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Critical Passions: Selected Essays (review)

From: The Americas
Volume 57, Number 3, January 2001
pp. 422-424 | 10.1353/tam.2001.0008

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The Americas 57.3 (2001) 422-424

Critical Passions: Selected Essays. By Jean Franco. Edited and with an introduction by Mary Louise Pratt and Kathleen Newman. Durham: Duke University Press, 2000. Pp. vi, 536. Notes. Index. $69.95 cloth; $22.95 paper.

In March 2000, the Latin American Studies Association honored Jean Franco with the Kalman Silvert Award in recognition of her thirty-plus years as a ground-breaking scholar in Latin American literary and cultural studies. The concerns that the professor emerita of English and Comparative Literature at Columbia University raised in her first book, The Modern Culture of Latin America: Society and the Artist (1967), also flavor this collection of 32 essays, originally published between 1971 and 1997. The editors have grouped the articles into four categories: feminism and the critique of authoritarianism; mass and popular culture; Latin American literature: the boom and beyond; and Mexico. The boundaries are somewhat arbitrary, for Franco's interests in the relationship between society, artists, and art, both high and popular, necessarily overlap.

Can an artist simultaneously challenge the literary canon and advocate social justice? For all their freshness and innovation, Franco judges that most of the writers of the boom (Carlos Fuentes, Gabriel García Márquez, Julio Cortázar, and Mario Vargas Llosa, to name a few) have failed to solve this conundrum. Franco argues that their emphasis on individual freedom over social action, their archaic stereotypes of the bourgeois society they criticized, and their discomfort with mass culture have limited their authority as moral critics. Unwittingly, and reluctantly, they themselves became transnational media stars, and their novels often became commodities in the mass culture they disliked. Ultimately, they neither replaced the Enlightenment novel nor dealt a telling blow to the capitalistic system it reflected.

Unlike the novelists, Franco finds much to value in popular, mass culture with its potential to defy the hierarchy of social and cultural values. The transmitters and the receivers of mass culture genres like telenovelas engage in constant negotiation. Items of mass culture are commodities that are packaged and marketed, but the receiver will choose the most meaningful among many options or may reconstruct and even invert the intended message. As an example, Franco cites the Mexican government's crass marketing of the image of Frieda Kahlo as an "advocate and intercessor of a new Mexico" (p. 43). A Chicano artist might receive that image but attach a different and more defiant symbolic value to it. The negotiation exists even in authoritarian societies, although its range naturally becomes more restricted, Franco argues.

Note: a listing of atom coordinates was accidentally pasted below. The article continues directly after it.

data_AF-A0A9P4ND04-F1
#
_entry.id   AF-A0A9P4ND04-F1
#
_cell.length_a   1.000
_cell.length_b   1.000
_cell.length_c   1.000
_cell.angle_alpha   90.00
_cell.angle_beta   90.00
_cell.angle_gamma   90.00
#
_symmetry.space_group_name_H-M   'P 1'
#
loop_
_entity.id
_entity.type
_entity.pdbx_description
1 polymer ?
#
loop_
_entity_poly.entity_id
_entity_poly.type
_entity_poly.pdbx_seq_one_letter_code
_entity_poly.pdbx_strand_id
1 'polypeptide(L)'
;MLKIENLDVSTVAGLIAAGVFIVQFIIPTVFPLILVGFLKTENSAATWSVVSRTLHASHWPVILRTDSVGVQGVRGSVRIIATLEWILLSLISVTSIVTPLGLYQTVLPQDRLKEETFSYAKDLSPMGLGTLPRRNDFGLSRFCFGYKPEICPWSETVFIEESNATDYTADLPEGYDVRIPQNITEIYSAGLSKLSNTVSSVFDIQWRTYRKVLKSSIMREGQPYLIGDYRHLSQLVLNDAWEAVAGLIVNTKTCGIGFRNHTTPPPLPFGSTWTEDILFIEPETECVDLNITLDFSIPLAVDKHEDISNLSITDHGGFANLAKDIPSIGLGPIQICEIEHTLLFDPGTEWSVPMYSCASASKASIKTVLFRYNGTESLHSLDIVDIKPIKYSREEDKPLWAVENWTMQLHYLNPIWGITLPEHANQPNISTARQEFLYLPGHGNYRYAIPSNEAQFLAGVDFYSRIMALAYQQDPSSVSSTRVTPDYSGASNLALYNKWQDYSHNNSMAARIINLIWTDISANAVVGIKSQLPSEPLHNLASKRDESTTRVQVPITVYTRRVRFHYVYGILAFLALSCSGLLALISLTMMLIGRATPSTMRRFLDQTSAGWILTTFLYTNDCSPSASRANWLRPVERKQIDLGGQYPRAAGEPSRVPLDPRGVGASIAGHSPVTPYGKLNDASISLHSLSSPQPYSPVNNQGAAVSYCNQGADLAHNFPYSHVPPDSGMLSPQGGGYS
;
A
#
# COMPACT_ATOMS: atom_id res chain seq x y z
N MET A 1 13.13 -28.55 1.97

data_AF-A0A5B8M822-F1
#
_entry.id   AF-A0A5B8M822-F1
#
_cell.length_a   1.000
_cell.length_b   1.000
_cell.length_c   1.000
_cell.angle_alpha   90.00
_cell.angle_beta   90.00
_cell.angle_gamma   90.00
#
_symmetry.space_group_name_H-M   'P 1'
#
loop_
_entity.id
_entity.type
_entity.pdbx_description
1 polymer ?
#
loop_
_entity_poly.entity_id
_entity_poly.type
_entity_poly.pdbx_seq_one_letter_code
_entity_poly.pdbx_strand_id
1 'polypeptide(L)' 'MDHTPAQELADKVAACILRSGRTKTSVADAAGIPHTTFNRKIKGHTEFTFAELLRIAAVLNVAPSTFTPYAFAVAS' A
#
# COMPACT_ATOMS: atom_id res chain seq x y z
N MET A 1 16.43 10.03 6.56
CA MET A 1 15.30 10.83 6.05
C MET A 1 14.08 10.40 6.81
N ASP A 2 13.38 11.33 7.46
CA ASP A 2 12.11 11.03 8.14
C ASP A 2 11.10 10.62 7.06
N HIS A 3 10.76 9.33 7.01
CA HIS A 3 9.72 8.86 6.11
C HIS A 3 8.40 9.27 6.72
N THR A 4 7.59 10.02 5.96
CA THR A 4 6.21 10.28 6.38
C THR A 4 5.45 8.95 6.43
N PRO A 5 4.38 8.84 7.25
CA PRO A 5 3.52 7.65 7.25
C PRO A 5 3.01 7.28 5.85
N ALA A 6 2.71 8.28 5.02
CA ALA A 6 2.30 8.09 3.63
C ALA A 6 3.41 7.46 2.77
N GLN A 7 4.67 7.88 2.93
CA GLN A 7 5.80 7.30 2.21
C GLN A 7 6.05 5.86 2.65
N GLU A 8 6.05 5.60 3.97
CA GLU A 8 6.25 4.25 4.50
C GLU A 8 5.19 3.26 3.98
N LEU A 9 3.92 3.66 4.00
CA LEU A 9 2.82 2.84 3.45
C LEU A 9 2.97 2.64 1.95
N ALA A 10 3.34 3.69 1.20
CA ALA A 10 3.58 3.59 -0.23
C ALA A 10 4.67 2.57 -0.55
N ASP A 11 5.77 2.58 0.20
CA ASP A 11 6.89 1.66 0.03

The fight for control of public space is crucial in the struggle to replace the Enlightenment narrative of progress and technology. Franco observes that Latin American public space has long been filled by male, patriarchal voices. Gays, lesbians, transvestite performance artists, and women have weakened the gender order when they have dared to venture out of their private havens. For example, the 1970s authoritarian governments in Argentina invaded homes, spurring the Mothers of the Plaza de Mayo to denounce torture in the public space of Buenos Aires. Since most dictators and torturers have been masculine, then their feminine opposite becomes inherently destabilizing.

Franco does not argue for the moral superiority of women nor suggest that women writers automatically challenge the patriarchal system. Although the works of writers like Isabel Allende or Laura Esquivel can help to displace a male-centered allegory, these "art romances" (p. 98) usually are not written from the feminist perspective that their authors may claim for them. Like their male cohorts, the middle-class women writers usually privilege individual values over social ones and remain somewhat aloof from issues of social justice for the masses.

Franco's leftist and feminist views guide her scholarship without turning it into dogma. She has remained a discerning, honest, and highly humanistic critic who believes that writers can contribute to the creation of a more dynamic and democratic amalgam of high and popular culture in society and in art. Her essays offer nuanced analysis for the specialist, while stimulating the casual reader of Latin American literature with their accessible prose and thoughts on the relationship of literature to society and history.

Judith Ewell...

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